- The Solix spray robot optimizes chemical use in pre-planting, post-planting, and post-harvesting applications of herbicides. The Solix spray and scouting robots will provide extensive data and take advantage of their movement in the field for scouting.
- Artificial intelligence provides full autonomy.
- The new robot scans the plant, from root to leaf.
- It promotes the rational use of agrichemicals.
- Solix Sprayer can ensure soil health.
- Solinftec said its new system enables low-carbon agriculture.
Solix Sprayer and Scouting use the same unique platform, he noted. “Each one has several sensors meeting different needs of countries, regions, and cultures,” said Nomura.
Solinftec partners with McKinney Corp.
Solinftec has partnered with research, development, and manufacturing company McKinney Corp., which will produce the Solix Sprayer. The companies said the mobile robot will be commercially available in 2023 to the entire agricultural market, including farmers, cooperatives, and ag-retailers.
Nomura said McKinney “is helping us with inputs and mechanical insights, making the structure and entire robot assembly are constantly improved. They will be responsible for the first pre-manufacturing series and future improvements.”
“Solinftec’s partnership with McKinney Corp. will positively impact our ability to market and deliver Solix Ag Robotics by consolidating Solix's scalability and accelerating service to the North American markets,” said Carvalho. “It also supports Solinftec's goal of making this technology available globally.”
Farming robot pilots under way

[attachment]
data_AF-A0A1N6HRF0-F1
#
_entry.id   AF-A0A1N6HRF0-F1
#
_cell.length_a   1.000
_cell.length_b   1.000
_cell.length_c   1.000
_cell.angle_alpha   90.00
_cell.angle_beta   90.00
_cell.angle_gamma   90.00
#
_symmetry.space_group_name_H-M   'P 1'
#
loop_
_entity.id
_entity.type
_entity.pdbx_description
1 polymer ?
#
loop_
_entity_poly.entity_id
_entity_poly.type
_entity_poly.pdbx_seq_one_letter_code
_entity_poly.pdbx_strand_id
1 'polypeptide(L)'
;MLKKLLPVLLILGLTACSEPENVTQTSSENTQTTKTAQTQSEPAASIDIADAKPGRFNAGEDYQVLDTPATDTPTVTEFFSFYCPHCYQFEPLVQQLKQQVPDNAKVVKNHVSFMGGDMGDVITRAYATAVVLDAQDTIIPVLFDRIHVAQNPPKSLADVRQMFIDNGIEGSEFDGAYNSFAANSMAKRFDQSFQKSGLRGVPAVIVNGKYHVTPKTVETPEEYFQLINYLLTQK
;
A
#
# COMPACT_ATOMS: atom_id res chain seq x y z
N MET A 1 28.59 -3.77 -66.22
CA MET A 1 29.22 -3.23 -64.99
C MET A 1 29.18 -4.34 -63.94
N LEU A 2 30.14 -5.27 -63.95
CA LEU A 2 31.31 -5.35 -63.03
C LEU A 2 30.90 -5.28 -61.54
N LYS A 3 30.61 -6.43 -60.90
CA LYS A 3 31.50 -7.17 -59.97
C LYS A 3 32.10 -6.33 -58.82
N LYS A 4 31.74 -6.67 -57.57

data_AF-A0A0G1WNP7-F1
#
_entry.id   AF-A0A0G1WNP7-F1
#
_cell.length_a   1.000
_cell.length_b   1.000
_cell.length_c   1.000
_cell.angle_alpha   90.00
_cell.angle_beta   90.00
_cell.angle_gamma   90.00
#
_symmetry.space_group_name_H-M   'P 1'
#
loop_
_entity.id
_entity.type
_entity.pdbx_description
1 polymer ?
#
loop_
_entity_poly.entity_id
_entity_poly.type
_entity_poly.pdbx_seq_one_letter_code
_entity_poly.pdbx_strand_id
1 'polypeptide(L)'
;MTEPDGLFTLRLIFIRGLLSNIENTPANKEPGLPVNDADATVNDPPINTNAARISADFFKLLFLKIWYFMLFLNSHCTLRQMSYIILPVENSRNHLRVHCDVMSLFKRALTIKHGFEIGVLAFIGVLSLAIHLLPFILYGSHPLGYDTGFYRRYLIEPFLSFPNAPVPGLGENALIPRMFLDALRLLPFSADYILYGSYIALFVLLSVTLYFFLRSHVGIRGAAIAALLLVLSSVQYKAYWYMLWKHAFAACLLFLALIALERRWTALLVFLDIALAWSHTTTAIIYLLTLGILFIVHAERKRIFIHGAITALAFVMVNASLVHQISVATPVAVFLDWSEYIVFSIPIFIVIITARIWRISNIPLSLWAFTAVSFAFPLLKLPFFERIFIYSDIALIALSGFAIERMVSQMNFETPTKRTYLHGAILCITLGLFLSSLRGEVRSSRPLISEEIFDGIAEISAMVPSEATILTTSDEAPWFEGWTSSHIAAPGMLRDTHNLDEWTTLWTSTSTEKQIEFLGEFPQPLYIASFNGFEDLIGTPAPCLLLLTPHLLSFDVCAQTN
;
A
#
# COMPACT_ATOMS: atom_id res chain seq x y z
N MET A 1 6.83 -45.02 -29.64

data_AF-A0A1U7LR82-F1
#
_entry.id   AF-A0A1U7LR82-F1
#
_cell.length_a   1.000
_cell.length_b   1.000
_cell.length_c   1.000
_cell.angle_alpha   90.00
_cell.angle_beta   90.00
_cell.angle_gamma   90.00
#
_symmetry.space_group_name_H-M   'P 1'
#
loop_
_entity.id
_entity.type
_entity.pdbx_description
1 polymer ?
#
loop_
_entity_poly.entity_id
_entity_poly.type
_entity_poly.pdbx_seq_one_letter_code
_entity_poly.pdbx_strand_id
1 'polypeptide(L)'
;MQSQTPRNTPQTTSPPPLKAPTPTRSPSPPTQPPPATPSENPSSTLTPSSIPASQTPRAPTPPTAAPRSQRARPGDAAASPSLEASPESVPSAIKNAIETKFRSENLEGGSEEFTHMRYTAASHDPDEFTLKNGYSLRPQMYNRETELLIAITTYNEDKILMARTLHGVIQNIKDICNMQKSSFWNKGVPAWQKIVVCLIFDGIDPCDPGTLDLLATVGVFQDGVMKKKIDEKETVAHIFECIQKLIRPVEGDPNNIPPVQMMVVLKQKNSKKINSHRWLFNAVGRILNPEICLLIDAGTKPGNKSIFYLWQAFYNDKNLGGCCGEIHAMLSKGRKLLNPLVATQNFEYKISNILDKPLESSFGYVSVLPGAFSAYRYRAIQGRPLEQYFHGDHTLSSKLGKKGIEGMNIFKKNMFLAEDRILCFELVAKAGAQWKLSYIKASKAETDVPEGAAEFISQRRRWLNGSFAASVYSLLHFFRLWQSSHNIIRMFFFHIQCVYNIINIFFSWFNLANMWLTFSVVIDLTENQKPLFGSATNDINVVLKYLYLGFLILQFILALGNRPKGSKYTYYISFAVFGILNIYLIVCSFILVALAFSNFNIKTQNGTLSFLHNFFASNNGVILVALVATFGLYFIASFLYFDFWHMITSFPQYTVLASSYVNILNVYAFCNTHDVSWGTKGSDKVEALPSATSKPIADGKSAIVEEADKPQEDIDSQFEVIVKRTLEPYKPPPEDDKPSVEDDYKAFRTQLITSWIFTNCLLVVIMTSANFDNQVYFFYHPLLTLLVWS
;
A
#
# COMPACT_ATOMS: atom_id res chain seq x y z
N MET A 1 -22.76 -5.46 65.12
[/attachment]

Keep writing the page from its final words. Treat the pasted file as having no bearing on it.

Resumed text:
Pilots for the Solix models are currently running in North America with the GROWMARK agricultural cooperative in Bloomington, Ill.; Purdue University in Indiana; and Stone Farms Inc. and the University of Saskatchewan in Saskatoon, Saskatchewan.
In Brazil, electronics manufacturing and service company Hi-Mix Eletrônicos S/A produces the Solix Scouting robot. It has been commercially available there since last April.
“Since the beginning, we have identified a strong culture in Solinftec to the agriculture market, investing heavily in R&D, plus a determination for quality, flexibility, and agility for the best time to market,” said Daniel Carvalho, co-founder Hi-Mix Eletrônicos.
“The pilots we carried out in Brazil, focused on pests—insects,” said Nomura. “[They] showed a great identification of insect models with a very large reduction in the application of chemical products.”
“In the U.S., we had a weed identification with a reduction of up to 70% in herbicide use,” he noted. “In Canada, with the Scouting model, we identified several types of weeds and had good feedback from customers regarding pest identification, herbicide application, and monitoring of the evolution of the crop stage.”
About the Author
Eugene Demaitre is editorial director of Robotics 24/7. Prior to joining Peerless Media, he was a senior editor at Robotics Business Review and The Robot Report. Demaitre has also worked for BNA (now part of Bloomberg), Computerworld, and TechTarget. He has participated in numerous robotics-related webinars, podcasts, and events worldwide.